FINANCE Minister Colm Imbert has fired back at Opposition Senator Wade Mark for his statements questioning First Citizens’ loan to Cornerstone Financial Holdings.
In the Senate on Wednesday Mark called for an investigation into the decision by First Citizens to loan a further US$45 million to Cornerstone Financial Holdings Ltd, a privately held Jamaican company. “We need an investigation into this matter, how can First Citizens take our money and invest our money in an institution that is offshore, that is not known to the world… That is a criminal act that has taken place,” he said.
“It is important to note that Cornerstone Financial Holdings, which is an offshore company whose directors are nameless and faceless; there’s no transparency and accountability involved in this company,” Mark added, describing the company as a “fly-by-night” one, as its shareholders are also unknown.
In a news release yesterday, Imbert described Mark’s comments as irresponsible and intended to harm the reputation of both companies.
He said Mark’s allegations came without a shred of evidence, other than regurgitating unfounded insinuations in the newspapers, that FCB had invested hundreds of millions of TT dollars in what he described as an unknown over-leveraged, fly-by-night company, involved in a Ponzi scheme.
Imbert said Mark went further to claim that FCB’s investment in Cornerstone was a criminal act. “A simple Internet search will reveal that Cornerstone is the majority shareholder of Barita Investments Ltd (Barita), a 45-year-old financial company that is listed on the Jamaica Stock Exchange. Barita’s publicly available 2021 annual report indicates that at the end of 2021, Barita had assets of US$600 million,” he said.
Imbert further stated that a simple Internet search would have revealed that as of July 2022 Barita was one of the top five largest companies listed on the Jamaica Stock Exchange (JSE) with a market capitalisation of US$709 million.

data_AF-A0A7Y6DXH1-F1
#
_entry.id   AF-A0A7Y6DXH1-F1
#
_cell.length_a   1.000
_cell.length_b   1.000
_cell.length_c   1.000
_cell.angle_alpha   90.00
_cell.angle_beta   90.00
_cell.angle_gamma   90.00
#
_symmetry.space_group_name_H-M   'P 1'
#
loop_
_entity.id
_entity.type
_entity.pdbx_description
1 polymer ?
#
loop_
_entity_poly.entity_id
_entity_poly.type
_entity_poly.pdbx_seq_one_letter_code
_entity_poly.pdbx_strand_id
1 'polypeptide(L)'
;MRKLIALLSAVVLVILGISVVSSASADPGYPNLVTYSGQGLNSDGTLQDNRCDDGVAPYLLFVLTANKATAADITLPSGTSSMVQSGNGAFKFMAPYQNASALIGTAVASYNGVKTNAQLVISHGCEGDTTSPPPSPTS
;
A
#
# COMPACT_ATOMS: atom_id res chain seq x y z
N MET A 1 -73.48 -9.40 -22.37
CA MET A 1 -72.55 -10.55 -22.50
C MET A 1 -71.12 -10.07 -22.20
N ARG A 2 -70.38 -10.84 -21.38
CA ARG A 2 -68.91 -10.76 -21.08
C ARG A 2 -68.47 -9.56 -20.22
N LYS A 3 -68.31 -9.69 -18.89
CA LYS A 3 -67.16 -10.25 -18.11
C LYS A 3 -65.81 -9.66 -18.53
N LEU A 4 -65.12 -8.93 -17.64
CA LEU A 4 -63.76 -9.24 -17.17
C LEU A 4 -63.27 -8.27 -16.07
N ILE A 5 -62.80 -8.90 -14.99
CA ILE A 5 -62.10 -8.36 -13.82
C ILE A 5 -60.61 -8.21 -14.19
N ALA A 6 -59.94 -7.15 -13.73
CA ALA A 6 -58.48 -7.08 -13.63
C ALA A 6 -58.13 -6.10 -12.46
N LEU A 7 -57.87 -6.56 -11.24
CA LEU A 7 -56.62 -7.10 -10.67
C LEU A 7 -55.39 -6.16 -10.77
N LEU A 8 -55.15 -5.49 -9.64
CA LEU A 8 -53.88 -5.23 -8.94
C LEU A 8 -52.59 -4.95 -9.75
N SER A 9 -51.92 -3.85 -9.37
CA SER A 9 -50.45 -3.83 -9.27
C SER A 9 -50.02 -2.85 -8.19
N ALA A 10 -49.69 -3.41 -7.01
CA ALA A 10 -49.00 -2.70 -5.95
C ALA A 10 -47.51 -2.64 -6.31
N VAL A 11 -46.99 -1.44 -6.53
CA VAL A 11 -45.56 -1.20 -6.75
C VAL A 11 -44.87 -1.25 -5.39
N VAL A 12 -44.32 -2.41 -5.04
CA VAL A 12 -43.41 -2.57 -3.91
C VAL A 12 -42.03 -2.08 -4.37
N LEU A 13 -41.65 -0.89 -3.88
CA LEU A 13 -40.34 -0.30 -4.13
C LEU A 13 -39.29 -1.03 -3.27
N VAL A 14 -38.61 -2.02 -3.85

“Barita’s 2021 annual report also gives significant details on the executive management and organisational structure of Cornerstone. It is also a matter of public record, published in Barita’s 2021 annual report, that Cornerstone owns 74 per cent of Barita, whose asset is currently valued at US$525 million,” Imbert said.
He said Cornerstone is hardly a fly-by-night company, but in Mark’s reckless statements, he gave the false impression that Cornerstone was a shell company with little or no assets, and he attempted to convince his listeners that FCB was about to lose its entire investment in Cornerstone and Barita.
“The truth is that FCB’s 7.4 per cent shareholding in Barita is currently worth US$52.73 million. FCB paid JA$5.85 billion for these shares and has thus made a profit of US$13.7 million on the purchase of Barita shares—a return of 35 per cent on its investment. Therefore, the Barita investment has paid handsome dividends for FCB.
“Further, with Cornerstone’s 74-per cent shareholding in Barita being worth US$525 million, if FCB had lent Cornerstone US$45 million, it would have lent less than ten per cent of the value of Cornerstone’s shareholding in Barita. This cannot, by any stretch of the imagination, even hypothetically, be described as a criminal act,” Imbert said.
He added that the questions that must be asked are: why is Mark so interested in trying to undermine FCB’s efforts to grow and develop in the region, and why is he spreading such false and malicious information about another well-established Caribbean company?